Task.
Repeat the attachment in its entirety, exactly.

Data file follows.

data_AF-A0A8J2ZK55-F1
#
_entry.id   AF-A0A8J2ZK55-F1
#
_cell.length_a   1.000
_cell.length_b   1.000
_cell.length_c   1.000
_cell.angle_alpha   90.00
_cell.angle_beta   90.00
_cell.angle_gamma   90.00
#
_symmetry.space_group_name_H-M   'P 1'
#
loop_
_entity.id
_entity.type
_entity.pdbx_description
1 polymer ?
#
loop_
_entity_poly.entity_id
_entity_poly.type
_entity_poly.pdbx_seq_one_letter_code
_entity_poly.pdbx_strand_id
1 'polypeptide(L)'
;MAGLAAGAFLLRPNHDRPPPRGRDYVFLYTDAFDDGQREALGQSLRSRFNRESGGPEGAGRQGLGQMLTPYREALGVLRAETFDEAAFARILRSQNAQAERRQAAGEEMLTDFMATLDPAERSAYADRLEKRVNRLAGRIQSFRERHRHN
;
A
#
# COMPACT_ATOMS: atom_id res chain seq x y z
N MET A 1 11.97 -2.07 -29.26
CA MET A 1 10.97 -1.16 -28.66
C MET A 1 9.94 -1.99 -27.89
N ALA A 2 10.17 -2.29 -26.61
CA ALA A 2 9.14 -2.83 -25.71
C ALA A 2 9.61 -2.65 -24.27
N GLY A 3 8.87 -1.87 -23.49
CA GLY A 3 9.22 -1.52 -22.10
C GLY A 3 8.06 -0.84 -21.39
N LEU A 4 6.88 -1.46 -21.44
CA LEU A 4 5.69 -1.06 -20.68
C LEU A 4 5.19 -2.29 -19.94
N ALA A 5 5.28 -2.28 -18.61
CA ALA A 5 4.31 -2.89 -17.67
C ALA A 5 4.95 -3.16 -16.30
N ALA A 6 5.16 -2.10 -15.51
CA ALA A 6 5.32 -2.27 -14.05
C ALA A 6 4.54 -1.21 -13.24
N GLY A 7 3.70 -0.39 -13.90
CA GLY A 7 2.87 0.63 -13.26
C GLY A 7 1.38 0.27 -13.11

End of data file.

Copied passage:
data_AF-A0A8J2ZK55-F1
#
_entry.id   AF-A0A8J2ZK55-F1
#
_cell.length_a   1.000
_cell.length_b   1.000
_cell.length_c   1.000
_cell.angle_alpha   90.00
_cell.angle_beta   90.00
_cell.angle_gamma   90.00
#
_symmetry.space_group_name_H-M   'P 1'
#
loop_
_entity.id
_entity.type
_entity.pdbx_description
1 polymer ?
#
loop_
_entity_poly.entity_id
_entity_poly.type
_entity_poly.pdbx_seq_one_letter_code
_entity_poly.pdbx_strand_id
1 'polypeptide(L)'
;MAGLAAGAFLLRPNHDRPPPRGRDYVFLYTDAFDDGQREALGQSLRSRFNRESGGPEGAGRQGLGQMLTPYREALGVLRAETFDEAAFARILRSQNAQAERRQAAGEEMLTDFMATLDPAERSAYADRLEKRVNRLAGRIQSFRERHRHN
;
A
#
# COMPACT_ATOMS: atom_id res chain seq x y z
N MET A 1 11.97 -2.07 -29.26
CA MET A 1 10.97 -1.16 -28.66
C MET A 1 9.94 -1.99 -27.89
N ALA A 2 10.17 -2.29 -26.61
CA ALA A 2 9.14 -2.83 -25.71
C ALA A 2 9.61 -2.65 -24.27
N GLY A 3 8.87 -1.87 -23.49
CA GLY A 3 9.22 -1.52 -22.10
C GLY A 3 8.06 -0.84 -21.39
N LEU A 4 6.88 -1.46 -21.44
CA LEU A 4 5.69 -1.06 -20.68
C LEU A 4 5.19 -2.29 -19.94
N ALA A 5 5.28 -2.28 -18.61
CA ALA A 5 4.31 -2.89 -17.67
C ALA A 5 4.95 -3.16 -16.30
N ALA A 6 5.16 -2.10 -15.51
CA ALA A 6 5.32 -2.27 -14.05
C ALA A 6 4.54 -1.21 -13.24
N GLY A 7 3.70 -0.39 -13.90
CA GLY A 7 2.87 0.63 -13.26
C GLY A 7 1.38 0.27 -13.11